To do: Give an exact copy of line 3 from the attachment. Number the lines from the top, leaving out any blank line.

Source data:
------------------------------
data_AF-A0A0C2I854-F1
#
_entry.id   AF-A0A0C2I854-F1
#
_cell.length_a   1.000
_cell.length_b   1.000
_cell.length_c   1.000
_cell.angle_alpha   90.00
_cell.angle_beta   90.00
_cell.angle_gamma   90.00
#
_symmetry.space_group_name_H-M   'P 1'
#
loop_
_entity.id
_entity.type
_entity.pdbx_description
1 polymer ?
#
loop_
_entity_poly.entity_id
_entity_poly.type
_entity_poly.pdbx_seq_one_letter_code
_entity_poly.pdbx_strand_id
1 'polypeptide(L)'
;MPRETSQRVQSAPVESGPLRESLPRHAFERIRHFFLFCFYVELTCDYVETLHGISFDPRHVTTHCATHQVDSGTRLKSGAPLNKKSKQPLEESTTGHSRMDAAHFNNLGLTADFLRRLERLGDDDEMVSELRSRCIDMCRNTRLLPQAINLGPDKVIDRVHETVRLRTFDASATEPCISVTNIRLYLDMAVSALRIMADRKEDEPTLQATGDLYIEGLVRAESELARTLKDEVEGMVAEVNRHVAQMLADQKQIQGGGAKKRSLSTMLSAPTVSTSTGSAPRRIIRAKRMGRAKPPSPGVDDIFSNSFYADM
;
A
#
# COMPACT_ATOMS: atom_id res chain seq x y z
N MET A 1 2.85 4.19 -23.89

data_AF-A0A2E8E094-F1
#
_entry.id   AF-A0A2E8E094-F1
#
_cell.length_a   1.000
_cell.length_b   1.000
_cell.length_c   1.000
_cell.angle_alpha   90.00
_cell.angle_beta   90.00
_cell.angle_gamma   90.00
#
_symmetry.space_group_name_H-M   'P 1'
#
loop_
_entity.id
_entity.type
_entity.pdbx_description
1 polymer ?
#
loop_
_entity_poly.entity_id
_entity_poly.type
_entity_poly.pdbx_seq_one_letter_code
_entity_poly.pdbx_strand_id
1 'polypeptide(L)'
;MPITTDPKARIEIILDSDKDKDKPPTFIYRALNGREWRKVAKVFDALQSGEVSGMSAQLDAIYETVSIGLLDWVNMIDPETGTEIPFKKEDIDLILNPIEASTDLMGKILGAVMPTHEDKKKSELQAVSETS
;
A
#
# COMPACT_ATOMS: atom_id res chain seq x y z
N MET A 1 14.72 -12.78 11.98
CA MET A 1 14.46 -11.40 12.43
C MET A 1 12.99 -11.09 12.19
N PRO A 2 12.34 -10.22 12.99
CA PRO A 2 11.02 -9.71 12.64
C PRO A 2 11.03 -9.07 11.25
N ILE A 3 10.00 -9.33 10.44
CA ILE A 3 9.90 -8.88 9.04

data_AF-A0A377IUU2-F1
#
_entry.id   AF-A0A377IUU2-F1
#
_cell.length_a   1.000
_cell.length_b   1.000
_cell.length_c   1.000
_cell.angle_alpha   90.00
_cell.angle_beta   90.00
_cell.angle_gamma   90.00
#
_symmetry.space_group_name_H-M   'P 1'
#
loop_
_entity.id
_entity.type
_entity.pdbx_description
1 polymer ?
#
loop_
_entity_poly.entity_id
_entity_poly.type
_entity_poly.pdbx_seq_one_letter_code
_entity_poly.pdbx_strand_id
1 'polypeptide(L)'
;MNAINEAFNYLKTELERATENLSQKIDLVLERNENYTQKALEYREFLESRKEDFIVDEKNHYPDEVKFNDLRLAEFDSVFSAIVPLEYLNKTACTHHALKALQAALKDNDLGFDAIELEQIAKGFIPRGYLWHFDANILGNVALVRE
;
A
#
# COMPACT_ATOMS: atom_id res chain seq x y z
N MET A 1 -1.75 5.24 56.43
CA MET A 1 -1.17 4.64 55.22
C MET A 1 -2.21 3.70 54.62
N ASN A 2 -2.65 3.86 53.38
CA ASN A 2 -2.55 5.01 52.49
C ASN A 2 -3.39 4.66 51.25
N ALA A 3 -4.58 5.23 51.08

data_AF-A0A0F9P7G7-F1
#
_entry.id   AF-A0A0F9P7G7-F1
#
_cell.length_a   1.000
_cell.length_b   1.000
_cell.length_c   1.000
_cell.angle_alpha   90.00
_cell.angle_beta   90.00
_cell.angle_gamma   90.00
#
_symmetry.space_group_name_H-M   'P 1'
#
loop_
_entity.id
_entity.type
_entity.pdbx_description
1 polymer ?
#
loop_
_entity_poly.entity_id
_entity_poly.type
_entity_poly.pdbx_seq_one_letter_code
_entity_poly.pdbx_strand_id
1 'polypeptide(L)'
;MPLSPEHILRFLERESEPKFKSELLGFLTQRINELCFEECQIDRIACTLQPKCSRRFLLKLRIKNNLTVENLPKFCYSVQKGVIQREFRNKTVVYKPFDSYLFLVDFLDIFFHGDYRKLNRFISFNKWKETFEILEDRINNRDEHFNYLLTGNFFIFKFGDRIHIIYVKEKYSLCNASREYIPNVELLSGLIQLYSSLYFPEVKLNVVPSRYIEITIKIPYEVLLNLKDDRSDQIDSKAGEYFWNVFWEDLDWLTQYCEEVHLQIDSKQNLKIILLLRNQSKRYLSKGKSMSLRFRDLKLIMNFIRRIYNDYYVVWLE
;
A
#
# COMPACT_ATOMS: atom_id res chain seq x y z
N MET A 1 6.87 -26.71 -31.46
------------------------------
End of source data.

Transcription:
_entry.id   AF-A0A0C2I854-F1